And I guess I can add “directing” to that list now.
For six weeks in the summer, we continue to send the kids to daycare and I finally have time to sink my teeth into a big, creative project.
In 2014, that project was writing my first book.
In 2015, it was publishing my first book.
2016 was a bit weird. It was mostly riding the roller-coaster of early pregnancy, dabbling in writing a short young adult novel, and (admittedly) watching a lot of Netflix.
This year, the big creative project is a new YouTube Channel, featuring instructional cooking videos.
Not recipes. Think techniques.
For years, I’ve watched my husband make simple, delicious, and healthy meals. And he can do it without covering everything in butter, cheese, and ranch dressing. He cooks a large meal on Sunday night. It’s usually a huge pot of rice, some vegetables, and grilled, baked, or roasted meat. Then, he portions it out into containers that we take to work.
I cannot tell you how many times I’ve heated up a meal that he makes and my co-workers have been like, “Mmm… What’s that?”
This guy is talented. The food is delicious. And he understands food chemistry and can give the best advice about how to prepare food. (And did I mention that another one of his hobbies is photography?)
But he’s not great at the storytelling aspect (although, I think he’ll learn easily).
Oh. And he detests social media.
So that’s where I come in. (And did I mention that I’ve got experience with video editing?)
I remember one night when we had a group of Doug’s friends over at our apartment for a dinner party, probably six or seven years ago, and someone said, “Doug should have his own YouTube channel!”
Our response was mostly, “Ha ha. Someday, maybe.”
“No seriously. He should have a channel.”
“Yeah, okay. Not right now.”
But have you seen YouTube lately? It’s integrated with Google now. It’s getting incredibly easy to get started.
I don’t think we can put it off anymore.
So that’s what I’m working on this summer. I have never done something like this before.
But hey. That’s never stopped me before.
Also on the summer dockett:
And hey, Henry is now officially in the sweet spot of babyhood: post-newborn and pre-mobile.
And how about a baby on a motorcycle?
So hang on to your Harleys.
It’s going to be a busy summer.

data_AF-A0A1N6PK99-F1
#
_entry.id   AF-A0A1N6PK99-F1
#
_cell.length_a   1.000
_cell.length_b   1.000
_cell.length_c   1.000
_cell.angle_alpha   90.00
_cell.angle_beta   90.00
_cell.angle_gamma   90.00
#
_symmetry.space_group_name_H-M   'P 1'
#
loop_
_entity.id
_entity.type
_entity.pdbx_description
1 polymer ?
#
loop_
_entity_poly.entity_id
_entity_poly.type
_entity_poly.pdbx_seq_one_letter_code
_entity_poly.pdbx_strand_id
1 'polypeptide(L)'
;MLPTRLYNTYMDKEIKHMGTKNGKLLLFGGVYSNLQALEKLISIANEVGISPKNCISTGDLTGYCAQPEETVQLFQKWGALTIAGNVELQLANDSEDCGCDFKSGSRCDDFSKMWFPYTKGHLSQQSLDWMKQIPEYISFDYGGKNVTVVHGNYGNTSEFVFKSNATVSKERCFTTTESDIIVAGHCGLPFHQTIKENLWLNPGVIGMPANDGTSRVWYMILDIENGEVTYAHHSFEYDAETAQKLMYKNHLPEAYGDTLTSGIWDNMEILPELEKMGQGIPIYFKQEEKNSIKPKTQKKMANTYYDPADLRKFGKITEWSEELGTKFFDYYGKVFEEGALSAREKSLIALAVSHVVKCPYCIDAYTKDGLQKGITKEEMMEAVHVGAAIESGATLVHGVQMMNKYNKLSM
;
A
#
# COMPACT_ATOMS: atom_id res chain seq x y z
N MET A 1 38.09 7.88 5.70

My husband is a bit of jack of all trades. Chef. Carpenter. Handyman. Gardener. Landscaper. Interior Designer. Electrician. Engineer. Maker of sausage, ham, bacon, and goetta.
Last Sunday, when Henry was nine days old, Doug managed to get newborn pictures done. Special thanks to my co-worker, Jeri, who crocheted the beautiful blanket in the pictures.
Henry Jacob Glass
Born February 2, 2017, 1:27 p.m.
8 pounds and 10 ounces, 21 inches
Welcomed by The Glass Family, Doug, Sharon, and big sister, Felicity
Photo credit: Douglas Glass, 2017
But first… Baby pictures.
The Incredible Shrinking Uterus
Is it just me, or is the uterus a fascinating organ?
Right now, mine is in the process of shrinking from the size of a watermelon to the size of an orange.
Compared to Day 3
If you’re wondering just how much work a woman’s body has to do to return to its pre-pregnancy condition, the Alpha Parent’s Postpartum Recovery Timeline is a good reference.
Notes on Recovery
Last Friday and Saturday night, Doug took the night feedings and I was able to catch up on some much-needed sleep.
Seven whole hours both nights.
Now, of course, my body continued to wake up every hour, but I forced myself to go back to sleep. And I succeeded.
With just those two nights of normal sleep, I noticed that my energy during the day doubled. But getting those hours of sleep post-birth is really, really difficult. And if you’re breastfeeding, it’s pretty impossible this early on in the postpartum period, unless you’re one of those blessed women whose milk supply comes in early and strong and you can pump ahead so someone else can do night feedings.
In any case, my recovery for this birth has been much quicker, I think, for a few reasons.
First, I stopped nursing pretty early on. For those of you who are new to this blog, I suffered a postpartum hemorrhage with this birth and have a history of breastfeeding problems and postpartum thyroiditis. All of which worked against my ability to breastfeed this time as well.
Recovery: Tearing vs. No Tearing
Yeah. I gave birth to a baby that was a whole pound heavier this time–without the second-degree tear that I had last time.
What was the difference?
A midwife who did perineal massage during my pushing phase.
Sure, I was still swollen after all was said and done. But there is a world of difference between the pain of being swollen and the pain of being stitched back together.